The nose on this one, although pleasant, is surprisingly flat. There are notes of candied lemon, honey, honeysuckle, golden raisins, and a surprising herbal character somewhere in the neighborhood of mint and tarragon. The palate is immediately sweet and floral as you’d expect from any Glenlivet. While initially it comes across very similarly to the Glenlivet 12, with heavily honeyed, floral notes, the cognac casks begin to make their presence known here with some interesting notes of cooked raisins, light baking spice, and a bit of buttery shortbread cookies. The finish however is where this whisky really shines. The immediate impression is of English toffee, roasted nuts, lemon drop candies, and a particular rancio note that I’ve come to associate with a well aged Armagnac. This dram doesn’t blow me away, but for around $40-$50 per bottle, it’s quite a respectable pour.
    15.0 USD per Pour
  6. Doc Swinson's Bourbon Single Barrel

    Bourbon — Washington , USA

    Tasted
    3.75
    3.75 out of 5 stars
    In short, this is Ben & Jerry’s Chubby Hubby ice cream in bourbon form. The nose is overwhelming saturated with notes of roasted peanut and peanut butter, with hints of salted caramel, circus peanuts, milk chocolate, and a light yeasty note. The palate keeps riding with the peanut tones, but reinforces the chocolate and caramel notes, while introducing something along the lines of a slightly burned, yogurt covered pretzel. The finish is short and dominated by an intense vanilla extract note along with lightly burnt sugars. Overall quite pleasant and a good buy for the money, but nothing life changing here. This bottling is sourced from TN (tastes like a good representation of Dickel, without the funk and minerality), aged 12 years, and bottled at cask strength, which for this bottle comes in at 51.3% ABV.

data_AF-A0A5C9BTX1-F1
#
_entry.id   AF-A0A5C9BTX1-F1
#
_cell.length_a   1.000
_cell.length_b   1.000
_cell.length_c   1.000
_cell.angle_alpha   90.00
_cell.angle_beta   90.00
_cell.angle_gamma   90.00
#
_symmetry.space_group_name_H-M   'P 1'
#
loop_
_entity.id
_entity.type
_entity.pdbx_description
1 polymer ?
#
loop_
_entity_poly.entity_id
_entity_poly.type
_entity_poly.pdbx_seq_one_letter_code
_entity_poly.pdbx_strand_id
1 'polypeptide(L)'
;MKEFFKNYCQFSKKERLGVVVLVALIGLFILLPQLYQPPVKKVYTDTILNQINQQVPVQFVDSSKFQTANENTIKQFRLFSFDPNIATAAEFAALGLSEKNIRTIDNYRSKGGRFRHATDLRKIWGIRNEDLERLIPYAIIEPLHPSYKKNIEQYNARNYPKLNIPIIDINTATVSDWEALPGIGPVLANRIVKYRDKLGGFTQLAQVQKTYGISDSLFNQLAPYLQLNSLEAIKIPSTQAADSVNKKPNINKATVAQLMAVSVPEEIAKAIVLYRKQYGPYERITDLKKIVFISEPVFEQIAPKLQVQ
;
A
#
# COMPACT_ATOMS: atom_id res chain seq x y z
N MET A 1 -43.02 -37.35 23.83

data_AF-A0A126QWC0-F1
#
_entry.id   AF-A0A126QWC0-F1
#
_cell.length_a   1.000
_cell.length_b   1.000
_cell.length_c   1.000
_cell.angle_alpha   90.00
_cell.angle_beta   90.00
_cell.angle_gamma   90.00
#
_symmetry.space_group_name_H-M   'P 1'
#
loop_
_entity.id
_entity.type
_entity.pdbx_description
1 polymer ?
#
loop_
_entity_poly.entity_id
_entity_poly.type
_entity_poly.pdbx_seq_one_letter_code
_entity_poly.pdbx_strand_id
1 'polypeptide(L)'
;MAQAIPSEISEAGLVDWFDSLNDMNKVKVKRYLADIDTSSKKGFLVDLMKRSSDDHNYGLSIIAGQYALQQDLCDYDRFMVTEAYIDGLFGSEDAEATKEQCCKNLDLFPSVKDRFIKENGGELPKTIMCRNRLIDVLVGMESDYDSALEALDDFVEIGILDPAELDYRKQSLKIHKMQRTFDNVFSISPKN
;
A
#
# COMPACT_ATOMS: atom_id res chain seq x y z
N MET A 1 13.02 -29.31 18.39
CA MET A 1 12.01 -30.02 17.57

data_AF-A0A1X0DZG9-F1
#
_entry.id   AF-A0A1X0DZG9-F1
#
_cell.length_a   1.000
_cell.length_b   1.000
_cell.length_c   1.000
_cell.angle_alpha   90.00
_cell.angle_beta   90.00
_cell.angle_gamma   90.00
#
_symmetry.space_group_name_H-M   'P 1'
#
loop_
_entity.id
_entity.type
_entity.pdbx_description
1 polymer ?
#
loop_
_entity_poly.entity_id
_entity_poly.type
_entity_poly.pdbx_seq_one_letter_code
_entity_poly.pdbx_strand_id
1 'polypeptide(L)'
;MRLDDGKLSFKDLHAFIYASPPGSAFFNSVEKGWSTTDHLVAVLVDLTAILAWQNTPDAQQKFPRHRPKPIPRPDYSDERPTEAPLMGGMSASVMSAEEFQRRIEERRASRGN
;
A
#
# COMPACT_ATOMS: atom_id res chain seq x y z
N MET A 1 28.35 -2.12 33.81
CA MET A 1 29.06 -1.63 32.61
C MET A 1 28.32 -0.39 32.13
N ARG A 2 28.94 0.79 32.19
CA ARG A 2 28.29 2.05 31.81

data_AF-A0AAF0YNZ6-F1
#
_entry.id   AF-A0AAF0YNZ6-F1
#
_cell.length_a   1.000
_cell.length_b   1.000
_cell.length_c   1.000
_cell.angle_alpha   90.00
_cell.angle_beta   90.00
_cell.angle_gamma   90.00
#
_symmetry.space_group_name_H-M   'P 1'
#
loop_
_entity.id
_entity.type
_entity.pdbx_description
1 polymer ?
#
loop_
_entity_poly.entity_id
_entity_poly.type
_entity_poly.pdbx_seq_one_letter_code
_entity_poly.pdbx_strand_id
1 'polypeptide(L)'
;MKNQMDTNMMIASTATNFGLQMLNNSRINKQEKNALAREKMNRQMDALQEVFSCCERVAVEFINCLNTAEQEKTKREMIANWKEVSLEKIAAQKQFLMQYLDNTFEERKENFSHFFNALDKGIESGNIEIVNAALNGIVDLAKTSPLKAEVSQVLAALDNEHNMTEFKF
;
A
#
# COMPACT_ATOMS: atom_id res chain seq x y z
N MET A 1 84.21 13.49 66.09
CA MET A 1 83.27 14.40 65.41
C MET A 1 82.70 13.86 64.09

59.99 USD per Bottle
  7. Four Roses 130th Anniversary Limited Edition Small Batch Bourbon (2018)

    Bourbon — Kentucky, USA

    Tasted
    4.25
    4.25 out of 5 stars
    This one has been a bit of unicorn for me. Finally tracked down a pour. The nose in this whiskey is at once recognizable as Four Roses, but with a good deal more depth and richness than usual. Loads of caramel, vanilla, toasted coconut, graham cracker, and toasted marshmallow meet with the typical notes of rye spice, mashed bananas, and a touch of acetone. The palate is something like buttered popcorn, more toasted coconut, toasted hazelnuts, milk chocolate, and a pleasant hit of barrel spice and rye. The finish is long and warm, bringing out all of the wood sugars, heavy vanilla, and a hit of musty oak. Not sure it’s worth the secondary price, but quite tasty.
    30.0 USD per Pour
  8. Whistlepig The Boss Hog V: The Spirit of Mauve

    Rye — (bottled in Vermont), USA

    Tasted
    4.25
    4.25 out of 5 stars
    The nose is immediately a punch of baked apples, cloves, a bit of toffee, and just a hint of rye grassiness in the background. The palate starts out like it’s going to be sweet and friendly. This is immediately followed by a backhand to the face as the friendly notes of apple, caramel, and rye spice are superseded by a deep fiery burn, and unfortunately a strong ethanol note. Overall extremely tasty, extremely hot, and extremely overpriced. I’d pay $125-150 for a bottle, but certainly not $400-600.
  9. Elijah Craig 23 Year Bourbon

    Bourbon — Kentucky, USA

    Tasted
    4.25
    4.25 out of 5 stars
    In a nutshell, this is what the Rhetoric bourbons wish they tasted like. Tremendously oaky, yet somehow still balanced. The nose and the palate are pretty much identical with strong oak, toasted pecans, honey, vanilla, rich caramel, brown sugar, and straight up butter. The finish is a bit short, but leaves traces of wood sugars, vanilla, and, you guessed it, more delicious oak.
  10. Pappy Van Winkle 20 Year

    Bourbon — Kentucky, USA

    Tasted
    4.5
    4.5 out of 5 stars
    Well damn. The nose is like pralines and cream ice cream, with toffee, caramel, freshly baked blondies, oak, oak, and more delicious oak. There’s also a note something like leaves in the Fall. Incredibly balanced and somehow not too oaky. The palate brings toasted candied pecans into focus, with a rich caramel, and a heavy toasted oak presence. The oaky tones almost remind me of the Rhetoric 24, but without the notes of the lumber department at Home Depot. There’s also a pleasant spice balancing out a modest sweetness. Much like the nose, the palate shows incredible balance and complexity. One flavor just flows into the next. The finish, which goes on for ages, is straight dark caramel, vanilla, and more oaky oakness. Oak. Damn this is good. $50 USD for a 1 oz pour
Results 1-10 of 27 Tastes